Becky Bach watches and waits, hoping that search crews find her brother, his wife, her 20-year-old great-niece and the young girl’s fiance.
“Realistically ... I honestly don’t think they’re going to find them alive,” Bach said, crying. “But as a family, we’re trying to figure out what to do if they find no bodies.”
Doug Massingale waits too, for word about his 4-month-old granddaughter. Searchers were able to identify carpet from the infant’s bedroom, but a log jam stood in the way of a more thorough effort to find little Sanoah Huestis, known as “Snowy.”
“It’s stressful to think about,” he said. “A little baby that hasn’t gotten a start yet in life. It’s too much.”
Crews found another body late Wednesday, said Brian McMahan, a landslide incident spokesman. Authorities have now discovered at least 25 bodies, though not all have been recovered. Authorities said they expected to update the toll Thursday morning.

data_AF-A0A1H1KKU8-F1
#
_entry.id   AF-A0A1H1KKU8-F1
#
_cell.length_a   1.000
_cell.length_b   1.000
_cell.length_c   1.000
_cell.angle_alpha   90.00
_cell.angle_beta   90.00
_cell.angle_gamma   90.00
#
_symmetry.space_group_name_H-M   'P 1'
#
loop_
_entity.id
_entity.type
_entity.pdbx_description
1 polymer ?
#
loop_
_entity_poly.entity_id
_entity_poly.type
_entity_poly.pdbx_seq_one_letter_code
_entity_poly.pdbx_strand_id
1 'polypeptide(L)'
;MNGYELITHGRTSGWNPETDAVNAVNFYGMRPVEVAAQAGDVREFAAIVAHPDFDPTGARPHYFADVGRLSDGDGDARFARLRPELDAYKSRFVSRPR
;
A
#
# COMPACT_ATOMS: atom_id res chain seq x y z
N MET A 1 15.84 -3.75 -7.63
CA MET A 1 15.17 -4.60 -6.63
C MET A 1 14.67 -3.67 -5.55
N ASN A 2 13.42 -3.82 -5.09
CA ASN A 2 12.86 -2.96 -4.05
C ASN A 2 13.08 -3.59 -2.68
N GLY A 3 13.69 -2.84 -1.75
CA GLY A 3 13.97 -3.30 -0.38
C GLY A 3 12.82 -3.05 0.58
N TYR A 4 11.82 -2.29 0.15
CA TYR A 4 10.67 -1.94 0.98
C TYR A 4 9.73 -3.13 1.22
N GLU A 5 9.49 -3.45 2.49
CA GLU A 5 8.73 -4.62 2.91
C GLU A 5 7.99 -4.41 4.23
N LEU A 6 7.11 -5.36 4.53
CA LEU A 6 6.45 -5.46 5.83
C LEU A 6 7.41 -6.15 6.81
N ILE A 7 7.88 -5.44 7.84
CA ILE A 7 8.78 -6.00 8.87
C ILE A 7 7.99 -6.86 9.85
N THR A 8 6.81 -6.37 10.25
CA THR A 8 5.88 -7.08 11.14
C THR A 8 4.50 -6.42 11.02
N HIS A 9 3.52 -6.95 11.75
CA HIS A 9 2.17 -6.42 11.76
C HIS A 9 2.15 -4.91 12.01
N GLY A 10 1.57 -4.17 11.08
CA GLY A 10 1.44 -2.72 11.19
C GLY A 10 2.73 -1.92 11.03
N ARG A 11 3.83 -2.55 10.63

Trying to recover every corpse would be impractical and dangerous.
The debris field is about a square mile and 30 to 40 feet deep in places, with a surface that includes quicksand-like muck, rain-slickened mud and ice. The terrain is difficult to navigate on foot and makes it treacherous or impossible to bring in heavy equipment.
To make matters worse, the pile is laced with other hazards that include fallen trees, propane and septic tanks, twisted vehicles and countless shards of shattered homes.
The knowledge that some victims could be abandoned to the earth is difficult to accept.
“We have to get on with our lives at some point,” Bach said.
Bach spoke via phone about a wedding the family had planned for summer at the rural home that was destroyed. And how, she wondered, do you plan a funeral without a body? “We’ll probably just have a memorial, and if they find the bodies eventually, then we’ll deal with that then.”